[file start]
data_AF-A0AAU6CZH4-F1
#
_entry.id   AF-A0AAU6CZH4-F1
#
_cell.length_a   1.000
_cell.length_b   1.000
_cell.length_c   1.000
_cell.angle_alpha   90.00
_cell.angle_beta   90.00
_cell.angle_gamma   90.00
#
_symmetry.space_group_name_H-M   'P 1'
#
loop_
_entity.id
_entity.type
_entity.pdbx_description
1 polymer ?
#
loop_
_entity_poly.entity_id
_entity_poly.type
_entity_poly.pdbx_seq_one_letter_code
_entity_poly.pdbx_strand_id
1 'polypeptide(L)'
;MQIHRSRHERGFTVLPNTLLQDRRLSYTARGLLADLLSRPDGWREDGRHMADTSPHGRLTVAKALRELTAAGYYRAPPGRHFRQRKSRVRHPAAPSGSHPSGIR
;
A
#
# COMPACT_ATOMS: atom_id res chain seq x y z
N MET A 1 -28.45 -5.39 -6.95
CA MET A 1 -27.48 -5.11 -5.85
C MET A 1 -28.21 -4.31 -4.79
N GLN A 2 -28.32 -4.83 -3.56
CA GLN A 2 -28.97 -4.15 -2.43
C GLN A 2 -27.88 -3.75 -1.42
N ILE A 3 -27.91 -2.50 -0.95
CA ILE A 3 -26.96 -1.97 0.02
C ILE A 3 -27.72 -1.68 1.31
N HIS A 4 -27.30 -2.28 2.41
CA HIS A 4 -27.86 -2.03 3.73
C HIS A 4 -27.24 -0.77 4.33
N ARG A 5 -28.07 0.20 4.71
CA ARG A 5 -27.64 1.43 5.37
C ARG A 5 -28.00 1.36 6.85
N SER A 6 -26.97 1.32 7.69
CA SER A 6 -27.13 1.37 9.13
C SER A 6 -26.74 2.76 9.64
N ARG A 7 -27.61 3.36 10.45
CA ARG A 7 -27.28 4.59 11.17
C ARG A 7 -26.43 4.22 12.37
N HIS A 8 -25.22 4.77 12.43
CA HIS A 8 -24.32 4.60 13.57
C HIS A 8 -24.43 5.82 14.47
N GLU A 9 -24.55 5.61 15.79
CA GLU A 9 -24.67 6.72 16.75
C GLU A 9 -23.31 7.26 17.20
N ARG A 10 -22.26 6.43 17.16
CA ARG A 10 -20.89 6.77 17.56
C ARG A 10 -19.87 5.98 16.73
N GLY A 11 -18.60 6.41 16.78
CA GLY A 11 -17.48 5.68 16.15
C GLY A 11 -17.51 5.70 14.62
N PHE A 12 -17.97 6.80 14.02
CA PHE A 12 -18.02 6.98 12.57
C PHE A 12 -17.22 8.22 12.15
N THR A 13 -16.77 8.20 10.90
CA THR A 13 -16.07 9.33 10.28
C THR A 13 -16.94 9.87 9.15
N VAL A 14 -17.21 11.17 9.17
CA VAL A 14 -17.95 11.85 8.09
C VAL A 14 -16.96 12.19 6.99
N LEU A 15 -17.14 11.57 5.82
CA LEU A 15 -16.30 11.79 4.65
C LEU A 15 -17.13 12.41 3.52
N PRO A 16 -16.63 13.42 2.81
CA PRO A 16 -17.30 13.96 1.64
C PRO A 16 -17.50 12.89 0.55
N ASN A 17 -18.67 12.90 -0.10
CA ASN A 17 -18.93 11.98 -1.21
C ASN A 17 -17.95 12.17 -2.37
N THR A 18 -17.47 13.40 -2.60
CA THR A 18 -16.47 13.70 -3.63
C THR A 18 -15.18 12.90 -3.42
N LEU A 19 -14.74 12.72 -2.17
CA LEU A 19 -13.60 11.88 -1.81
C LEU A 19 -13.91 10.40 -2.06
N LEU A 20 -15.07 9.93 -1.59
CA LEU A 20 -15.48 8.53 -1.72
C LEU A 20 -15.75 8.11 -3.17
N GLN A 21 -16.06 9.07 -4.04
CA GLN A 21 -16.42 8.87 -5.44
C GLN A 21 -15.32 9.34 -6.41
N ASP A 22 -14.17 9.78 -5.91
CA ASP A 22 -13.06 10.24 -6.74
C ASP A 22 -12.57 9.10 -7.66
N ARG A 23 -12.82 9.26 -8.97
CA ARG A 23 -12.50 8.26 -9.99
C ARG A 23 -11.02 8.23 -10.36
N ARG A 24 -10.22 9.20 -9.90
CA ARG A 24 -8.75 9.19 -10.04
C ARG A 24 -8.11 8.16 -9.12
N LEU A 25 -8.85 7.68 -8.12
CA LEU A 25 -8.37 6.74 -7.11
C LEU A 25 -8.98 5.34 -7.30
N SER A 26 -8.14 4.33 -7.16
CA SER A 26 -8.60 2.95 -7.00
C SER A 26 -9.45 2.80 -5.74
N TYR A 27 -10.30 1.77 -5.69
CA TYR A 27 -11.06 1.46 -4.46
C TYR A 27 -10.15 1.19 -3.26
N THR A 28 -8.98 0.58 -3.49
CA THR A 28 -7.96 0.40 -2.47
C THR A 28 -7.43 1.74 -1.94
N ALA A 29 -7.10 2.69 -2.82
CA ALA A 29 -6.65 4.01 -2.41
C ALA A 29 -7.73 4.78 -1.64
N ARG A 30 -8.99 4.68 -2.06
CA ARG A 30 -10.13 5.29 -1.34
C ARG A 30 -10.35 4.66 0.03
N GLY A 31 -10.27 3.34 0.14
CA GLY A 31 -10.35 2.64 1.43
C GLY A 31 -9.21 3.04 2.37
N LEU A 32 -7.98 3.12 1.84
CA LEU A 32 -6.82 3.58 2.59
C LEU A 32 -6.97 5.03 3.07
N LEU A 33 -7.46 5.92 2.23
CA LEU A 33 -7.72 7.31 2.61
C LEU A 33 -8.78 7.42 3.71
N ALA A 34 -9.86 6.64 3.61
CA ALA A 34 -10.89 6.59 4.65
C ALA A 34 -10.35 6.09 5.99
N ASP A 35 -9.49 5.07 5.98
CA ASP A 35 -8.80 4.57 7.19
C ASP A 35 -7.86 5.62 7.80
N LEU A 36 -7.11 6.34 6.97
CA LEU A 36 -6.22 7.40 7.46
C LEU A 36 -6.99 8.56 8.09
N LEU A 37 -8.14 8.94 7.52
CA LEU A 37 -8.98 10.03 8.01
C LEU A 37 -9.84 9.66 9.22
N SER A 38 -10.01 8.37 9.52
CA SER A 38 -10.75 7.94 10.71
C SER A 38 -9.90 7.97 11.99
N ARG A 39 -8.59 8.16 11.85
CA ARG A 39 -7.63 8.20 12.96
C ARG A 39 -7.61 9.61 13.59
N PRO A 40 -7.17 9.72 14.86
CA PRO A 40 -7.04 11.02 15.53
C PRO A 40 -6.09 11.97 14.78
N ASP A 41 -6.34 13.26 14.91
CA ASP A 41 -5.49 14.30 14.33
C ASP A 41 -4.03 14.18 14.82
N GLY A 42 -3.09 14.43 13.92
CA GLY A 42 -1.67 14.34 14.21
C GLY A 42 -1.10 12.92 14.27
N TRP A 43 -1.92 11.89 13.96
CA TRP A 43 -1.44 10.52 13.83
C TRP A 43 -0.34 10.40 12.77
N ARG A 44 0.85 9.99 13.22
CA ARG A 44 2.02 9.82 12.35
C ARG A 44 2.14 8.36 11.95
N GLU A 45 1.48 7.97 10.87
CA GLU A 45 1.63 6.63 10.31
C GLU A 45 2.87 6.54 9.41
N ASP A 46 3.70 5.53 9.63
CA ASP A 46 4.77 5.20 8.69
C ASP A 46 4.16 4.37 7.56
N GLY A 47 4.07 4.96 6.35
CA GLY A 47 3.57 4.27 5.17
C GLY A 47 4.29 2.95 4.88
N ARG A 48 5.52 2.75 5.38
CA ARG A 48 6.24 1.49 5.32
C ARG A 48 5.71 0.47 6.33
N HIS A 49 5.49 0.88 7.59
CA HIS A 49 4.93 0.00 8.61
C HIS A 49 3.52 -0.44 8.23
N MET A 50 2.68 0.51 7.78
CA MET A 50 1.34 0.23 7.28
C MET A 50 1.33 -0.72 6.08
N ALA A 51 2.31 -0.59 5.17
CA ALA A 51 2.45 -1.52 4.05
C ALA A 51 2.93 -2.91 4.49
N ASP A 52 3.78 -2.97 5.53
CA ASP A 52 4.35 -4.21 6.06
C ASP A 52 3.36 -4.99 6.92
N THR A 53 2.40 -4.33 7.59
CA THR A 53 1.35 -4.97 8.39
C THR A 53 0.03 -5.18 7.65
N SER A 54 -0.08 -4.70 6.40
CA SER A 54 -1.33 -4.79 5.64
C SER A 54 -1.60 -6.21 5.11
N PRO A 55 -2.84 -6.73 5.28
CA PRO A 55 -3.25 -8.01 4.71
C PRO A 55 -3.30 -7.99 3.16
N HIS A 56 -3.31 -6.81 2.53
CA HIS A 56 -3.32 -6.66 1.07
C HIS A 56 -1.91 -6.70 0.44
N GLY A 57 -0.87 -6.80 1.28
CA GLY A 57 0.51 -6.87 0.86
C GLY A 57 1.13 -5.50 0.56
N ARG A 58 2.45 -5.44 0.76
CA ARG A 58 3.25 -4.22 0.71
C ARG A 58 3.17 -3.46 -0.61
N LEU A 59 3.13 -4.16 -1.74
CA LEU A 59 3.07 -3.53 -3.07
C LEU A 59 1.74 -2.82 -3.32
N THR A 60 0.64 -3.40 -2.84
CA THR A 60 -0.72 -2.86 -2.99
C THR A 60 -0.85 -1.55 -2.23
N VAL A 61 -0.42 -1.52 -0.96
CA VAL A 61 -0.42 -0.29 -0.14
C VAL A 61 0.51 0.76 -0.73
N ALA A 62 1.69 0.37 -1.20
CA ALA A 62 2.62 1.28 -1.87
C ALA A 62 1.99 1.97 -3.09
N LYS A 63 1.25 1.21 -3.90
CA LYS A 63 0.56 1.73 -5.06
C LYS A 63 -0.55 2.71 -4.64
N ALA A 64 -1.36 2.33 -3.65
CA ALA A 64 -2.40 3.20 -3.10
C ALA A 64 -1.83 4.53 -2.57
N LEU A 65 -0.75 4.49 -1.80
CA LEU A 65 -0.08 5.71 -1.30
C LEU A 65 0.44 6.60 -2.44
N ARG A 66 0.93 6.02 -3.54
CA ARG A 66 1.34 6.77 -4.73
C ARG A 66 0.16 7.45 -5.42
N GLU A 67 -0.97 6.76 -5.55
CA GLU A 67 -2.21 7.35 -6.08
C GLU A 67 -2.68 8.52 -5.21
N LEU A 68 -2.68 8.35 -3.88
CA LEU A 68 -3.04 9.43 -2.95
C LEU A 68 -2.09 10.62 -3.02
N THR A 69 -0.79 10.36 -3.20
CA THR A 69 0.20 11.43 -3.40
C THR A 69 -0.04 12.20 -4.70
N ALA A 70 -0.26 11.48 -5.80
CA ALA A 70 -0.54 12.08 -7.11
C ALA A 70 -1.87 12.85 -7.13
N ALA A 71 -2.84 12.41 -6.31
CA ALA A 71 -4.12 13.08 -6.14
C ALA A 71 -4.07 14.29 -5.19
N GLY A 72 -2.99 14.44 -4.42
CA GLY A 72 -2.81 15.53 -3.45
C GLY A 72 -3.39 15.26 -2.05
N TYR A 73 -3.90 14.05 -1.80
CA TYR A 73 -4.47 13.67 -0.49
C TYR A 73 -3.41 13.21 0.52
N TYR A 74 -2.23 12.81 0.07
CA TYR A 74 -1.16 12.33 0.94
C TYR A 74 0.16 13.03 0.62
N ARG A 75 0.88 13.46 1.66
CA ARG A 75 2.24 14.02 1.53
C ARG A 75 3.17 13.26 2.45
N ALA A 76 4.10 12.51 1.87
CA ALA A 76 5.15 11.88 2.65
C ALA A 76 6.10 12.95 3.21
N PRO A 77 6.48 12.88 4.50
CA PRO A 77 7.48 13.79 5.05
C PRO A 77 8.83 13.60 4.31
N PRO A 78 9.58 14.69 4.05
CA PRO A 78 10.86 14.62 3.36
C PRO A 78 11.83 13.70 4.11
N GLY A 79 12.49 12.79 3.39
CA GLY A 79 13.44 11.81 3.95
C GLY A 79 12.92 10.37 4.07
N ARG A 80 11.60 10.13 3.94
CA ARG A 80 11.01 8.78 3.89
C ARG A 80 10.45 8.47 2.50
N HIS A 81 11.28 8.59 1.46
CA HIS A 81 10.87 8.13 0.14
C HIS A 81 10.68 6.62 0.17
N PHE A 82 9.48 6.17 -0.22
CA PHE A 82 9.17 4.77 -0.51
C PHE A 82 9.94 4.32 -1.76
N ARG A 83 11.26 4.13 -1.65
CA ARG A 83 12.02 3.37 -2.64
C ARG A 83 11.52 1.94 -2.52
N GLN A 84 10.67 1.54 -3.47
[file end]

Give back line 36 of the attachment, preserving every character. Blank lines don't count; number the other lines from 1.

C GLN A 2 -27.88 -3.75 -1.42